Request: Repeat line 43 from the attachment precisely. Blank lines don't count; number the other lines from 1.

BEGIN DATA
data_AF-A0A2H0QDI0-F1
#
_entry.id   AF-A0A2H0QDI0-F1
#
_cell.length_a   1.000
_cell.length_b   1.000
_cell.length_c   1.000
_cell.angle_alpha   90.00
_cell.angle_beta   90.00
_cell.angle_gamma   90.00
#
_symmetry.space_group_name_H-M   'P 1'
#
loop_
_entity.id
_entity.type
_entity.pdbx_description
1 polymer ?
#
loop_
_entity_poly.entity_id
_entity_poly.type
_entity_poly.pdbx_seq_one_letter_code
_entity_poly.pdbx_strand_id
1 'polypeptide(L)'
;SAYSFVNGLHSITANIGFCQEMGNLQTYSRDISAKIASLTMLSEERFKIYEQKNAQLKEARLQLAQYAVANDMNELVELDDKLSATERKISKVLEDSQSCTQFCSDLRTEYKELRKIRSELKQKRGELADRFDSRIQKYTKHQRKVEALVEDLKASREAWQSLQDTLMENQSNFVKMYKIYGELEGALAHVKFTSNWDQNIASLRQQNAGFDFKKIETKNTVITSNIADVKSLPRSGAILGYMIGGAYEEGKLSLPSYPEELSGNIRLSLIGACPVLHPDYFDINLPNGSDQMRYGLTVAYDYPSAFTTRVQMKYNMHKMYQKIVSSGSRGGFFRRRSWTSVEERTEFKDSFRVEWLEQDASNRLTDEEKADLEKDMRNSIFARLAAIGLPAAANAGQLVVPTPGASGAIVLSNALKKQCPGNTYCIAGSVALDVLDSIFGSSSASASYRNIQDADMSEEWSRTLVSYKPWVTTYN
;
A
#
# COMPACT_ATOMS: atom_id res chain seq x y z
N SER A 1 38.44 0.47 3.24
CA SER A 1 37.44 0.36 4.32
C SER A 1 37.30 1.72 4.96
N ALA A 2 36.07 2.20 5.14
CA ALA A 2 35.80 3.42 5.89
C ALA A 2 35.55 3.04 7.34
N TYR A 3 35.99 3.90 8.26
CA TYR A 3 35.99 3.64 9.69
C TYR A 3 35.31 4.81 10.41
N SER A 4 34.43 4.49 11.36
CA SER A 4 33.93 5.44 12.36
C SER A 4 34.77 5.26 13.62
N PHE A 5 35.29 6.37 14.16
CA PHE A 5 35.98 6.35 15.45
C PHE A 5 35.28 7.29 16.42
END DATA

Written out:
N PHE A 5 35.29 6.37 14.16